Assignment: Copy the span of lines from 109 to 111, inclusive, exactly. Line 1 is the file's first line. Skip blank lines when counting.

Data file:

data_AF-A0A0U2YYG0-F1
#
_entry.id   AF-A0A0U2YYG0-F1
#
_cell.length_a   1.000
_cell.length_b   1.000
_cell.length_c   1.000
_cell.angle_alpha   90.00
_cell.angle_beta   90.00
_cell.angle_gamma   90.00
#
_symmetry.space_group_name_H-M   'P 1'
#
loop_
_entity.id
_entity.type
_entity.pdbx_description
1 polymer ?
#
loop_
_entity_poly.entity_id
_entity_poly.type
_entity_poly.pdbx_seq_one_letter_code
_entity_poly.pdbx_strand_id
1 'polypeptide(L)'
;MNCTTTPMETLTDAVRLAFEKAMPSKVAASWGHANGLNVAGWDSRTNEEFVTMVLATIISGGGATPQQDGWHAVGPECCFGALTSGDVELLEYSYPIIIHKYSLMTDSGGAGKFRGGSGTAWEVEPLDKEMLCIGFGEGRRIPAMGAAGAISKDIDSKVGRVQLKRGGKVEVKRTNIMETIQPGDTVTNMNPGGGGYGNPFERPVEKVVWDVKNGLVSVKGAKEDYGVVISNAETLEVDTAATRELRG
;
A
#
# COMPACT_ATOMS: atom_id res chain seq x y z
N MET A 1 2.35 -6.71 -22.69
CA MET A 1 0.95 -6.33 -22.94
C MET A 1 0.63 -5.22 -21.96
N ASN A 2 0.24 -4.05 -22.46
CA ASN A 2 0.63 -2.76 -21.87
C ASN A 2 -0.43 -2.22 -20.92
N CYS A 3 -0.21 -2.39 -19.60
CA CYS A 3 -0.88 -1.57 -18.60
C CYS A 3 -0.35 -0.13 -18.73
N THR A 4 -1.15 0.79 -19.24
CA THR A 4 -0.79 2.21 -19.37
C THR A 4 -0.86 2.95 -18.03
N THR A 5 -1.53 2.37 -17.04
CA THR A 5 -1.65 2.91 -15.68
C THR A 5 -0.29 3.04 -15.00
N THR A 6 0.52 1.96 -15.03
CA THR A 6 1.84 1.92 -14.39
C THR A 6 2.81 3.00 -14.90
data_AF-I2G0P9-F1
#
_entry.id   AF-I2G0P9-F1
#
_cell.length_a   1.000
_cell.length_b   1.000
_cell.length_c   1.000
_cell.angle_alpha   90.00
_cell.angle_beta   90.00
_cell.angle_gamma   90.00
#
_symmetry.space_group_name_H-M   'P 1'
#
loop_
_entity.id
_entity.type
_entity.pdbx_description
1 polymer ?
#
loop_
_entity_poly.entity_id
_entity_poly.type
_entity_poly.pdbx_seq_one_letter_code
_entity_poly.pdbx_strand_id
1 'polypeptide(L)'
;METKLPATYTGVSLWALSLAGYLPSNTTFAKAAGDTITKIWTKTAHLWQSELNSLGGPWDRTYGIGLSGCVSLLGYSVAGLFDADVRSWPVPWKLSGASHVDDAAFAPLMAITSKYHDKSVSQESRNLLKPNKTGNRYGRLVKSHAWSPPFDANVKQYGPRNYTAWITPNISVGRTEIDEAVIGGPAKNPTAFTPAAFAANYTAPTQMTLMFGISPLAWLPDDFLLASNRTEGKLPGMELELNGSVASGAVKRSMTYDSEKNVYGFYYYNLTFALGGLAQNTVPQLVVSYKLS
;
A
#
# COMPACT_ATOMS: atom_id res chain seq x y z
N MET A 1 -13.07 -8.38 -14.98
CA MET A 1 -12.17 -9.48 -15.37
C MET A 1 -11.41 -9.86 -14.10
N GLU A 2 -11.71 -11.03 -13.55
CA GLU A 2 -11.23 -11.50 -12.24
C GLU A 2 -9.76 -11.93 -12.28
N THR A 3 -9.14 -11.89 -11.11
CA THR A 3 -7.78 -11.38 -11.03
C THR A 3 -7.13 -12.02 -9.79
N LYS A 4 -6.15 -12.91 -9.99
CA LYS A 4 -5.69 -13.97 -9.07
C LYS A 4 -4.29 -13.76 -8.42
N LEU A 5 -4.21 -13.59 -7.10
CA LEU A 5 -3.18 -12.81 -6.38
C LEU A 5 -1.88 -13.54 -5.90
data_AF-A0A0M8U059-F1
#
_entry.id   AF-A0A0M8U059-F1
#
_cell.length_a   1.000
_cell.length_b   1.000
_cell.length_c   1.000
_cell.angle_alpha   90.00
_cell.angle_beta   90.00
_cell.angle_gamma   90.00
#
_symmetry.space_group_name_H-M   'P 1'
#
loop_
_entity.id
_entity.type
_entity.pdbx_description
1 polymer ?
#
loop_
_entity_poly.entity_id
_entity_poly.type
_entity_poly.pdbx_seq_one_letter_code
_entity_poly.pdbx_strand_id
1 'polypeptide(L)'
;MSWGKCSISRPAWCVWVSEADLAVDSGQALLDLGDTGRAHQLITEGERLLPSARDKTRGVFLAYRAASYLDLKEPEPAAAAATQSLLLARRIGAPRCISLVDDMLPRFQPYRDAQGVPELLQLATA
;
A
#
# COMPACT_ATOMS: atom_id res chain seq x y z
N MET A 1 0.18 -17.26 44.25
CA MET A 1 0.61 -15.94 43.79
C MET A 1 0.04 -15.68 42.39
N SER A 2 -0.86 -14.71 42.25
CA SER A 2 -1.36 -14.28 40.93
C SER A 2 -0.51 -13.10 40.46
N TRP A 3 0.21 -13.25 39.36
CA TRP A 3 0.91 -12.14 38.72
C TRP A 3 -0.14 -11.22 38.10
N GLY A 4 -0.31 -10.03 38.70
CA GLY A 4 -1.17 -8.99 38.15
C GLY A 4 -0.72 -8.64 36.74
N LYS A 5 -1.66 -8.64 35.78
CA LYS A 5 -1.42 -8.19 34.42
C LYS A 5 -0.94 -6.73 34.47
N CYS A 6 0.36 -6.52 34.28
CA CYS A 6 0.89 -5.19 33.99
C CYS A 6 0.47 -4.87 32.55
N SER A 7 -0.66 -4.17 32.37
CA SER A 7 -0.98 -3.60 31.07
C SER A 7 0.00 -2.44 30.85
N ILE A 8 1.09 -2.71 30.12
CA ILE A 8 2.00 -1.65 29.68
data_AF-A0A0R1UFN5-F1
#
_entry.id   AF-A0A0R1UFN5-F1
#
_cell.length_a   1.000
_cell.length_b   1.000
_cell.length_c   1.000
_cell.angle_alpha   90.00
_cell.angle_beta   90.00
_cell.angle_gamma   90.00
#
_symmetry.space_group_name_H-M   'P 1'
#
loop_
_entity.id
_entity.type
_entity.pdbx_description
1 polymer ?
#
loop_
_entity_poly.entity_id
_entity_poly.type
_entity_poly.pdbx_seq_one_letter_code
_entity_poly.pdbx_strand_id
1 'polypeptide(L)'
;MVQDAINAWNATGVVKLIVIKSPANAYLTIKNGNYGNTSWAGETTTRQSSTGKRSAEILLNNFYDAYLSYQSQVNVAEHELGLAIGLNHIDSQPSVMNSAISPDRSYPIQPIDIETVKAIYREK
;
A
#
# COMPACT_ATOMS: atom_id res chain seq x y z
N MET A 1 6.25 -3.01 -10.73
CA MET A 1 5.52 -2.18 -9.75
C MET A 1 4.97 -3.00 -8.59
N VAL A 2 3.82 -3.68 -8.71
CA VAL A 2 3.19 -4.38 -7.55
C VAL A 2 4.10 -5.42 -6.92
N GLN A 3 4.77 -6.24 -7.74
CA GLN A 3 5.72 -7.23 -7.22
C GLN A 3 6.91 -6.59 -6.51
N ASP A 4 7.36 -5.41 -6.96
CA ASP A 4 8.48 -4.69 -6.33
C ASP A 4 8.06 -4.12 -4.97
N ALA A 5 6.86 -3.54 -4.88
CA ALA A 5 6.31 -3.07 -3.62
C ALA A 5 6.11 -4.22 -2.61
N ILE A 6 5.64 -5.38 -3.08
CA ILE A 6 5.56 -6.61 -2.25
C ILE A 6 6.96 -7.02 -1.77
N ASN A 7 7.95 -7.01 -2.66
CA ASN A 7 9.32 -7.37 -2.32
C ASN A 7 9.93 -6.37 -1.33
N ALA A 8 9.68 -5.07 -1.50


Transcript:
_entity.type
_entity.pdbx_description
1 polymer ?